My daughter’s mother immigrated to the US from Russia when she was 21 years old. Karen was and is a very intelligent woman, bi-lingual with only a slight Russian accent. She has accomplished much in her life including beating cancer and become a nurse practitioner.
I forced myself to learn some Russian so I would at least know what topic was being spoken of when I was together with her family, her mother, brother and sister-in-law. I called it “self-defense Russian” which basically means I knew enough to know when they were talking about me.
My daughter also grew up bi-lingual as did her sister. Grandma speaks very little if any English so being able to speak Russian is a necessity for them.
When it comes to language Russians are much more to the point, are more measured in what they say and speak with a certain economy of words.
One day while I was hanging out with Karen’s brother, Alex, we started talking about how Americans greet each other by saying, “Hi, how are you?” Alex said, “You silly Americans, you ask me how are you, but you don’t really want to know so WHY DO YOU ASK”?
That has really stuck with me over the years. It has changed me enough so that I try not to greet people that way unless I really want to know. It seems more sincere to simply say hello.
Now when people say to me “How are you?” I will often ask them if they really want to know. You see, as Americans, most of the time we are just saying hello and don’t really care how people are doing because we are so absorbed with our own issues. I get that. I am the same way sometimes.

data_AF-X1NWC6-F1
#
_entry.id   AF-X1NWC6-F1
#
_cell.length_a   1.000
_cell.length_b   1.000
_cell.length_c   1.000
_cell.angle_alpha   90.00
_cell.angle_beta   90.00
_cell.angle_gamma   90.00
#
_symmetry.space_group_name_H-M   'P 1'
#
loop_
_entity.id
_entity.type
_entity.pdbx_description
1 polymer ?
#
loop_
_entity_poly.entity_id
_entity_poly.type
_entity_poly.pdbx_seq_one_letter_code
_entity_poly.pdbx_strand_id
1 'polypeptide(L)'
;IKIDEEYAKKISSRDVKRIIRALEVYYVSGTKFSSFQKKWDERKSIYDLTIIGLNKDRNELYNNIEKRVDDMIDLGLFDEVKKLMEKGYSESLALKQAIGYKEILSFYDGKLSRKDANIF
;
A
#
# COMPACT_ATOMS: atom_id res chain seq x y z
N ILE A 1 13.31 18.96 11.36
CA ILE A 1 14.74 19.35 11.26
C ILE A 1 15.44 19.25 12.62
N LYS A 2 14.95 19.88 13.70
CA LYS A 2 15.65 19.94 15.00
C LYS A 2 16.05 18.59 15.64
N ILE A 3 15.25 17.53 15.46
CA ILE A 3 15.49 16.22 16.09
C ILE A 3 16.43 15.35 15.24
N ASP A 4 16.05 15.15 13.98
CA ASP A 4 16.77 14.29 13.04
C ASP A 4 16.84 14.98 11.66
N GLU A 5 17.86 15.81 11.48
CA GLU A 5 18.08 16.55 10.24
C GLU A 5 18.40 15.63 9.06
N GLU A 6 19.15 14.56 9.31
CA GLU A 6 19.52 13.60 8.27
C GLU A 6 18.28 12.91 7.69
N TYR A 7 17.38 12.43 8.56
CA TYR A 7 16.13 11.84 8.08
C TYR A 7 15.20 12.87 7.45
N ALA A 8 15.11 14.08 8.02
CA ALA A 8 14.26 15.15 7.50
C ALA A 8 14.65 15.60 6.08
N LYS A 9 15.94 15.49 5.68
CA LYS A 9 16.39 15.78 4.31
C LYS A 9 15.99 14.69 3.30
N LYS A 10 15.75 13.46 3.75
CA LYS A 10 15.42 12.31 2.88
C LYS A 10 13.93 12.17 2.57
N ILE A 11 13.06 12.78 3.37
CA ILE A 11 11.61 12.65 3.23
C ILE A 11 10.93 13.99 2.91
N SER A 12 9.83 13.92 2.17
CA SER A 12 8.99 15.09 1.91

I have also found that sometimes just a kind word or taking a moment to be present with someone, to look in their eyes and ask them how they are doing is all it takes to turn their day around. We never know how the little things we do and say affect the people around us.
Is it really so hard to take just a moment and give someone a smile, a nice word or something as simple as acknowledging their presence? I can’t tell you how many times I have walked into a room and people don’t even look up. Pretty sad state of affairs. Don’t even get me started on cell phones.
If you see me on the street sometime soon and I ask you how you are, it’s because I really want to know.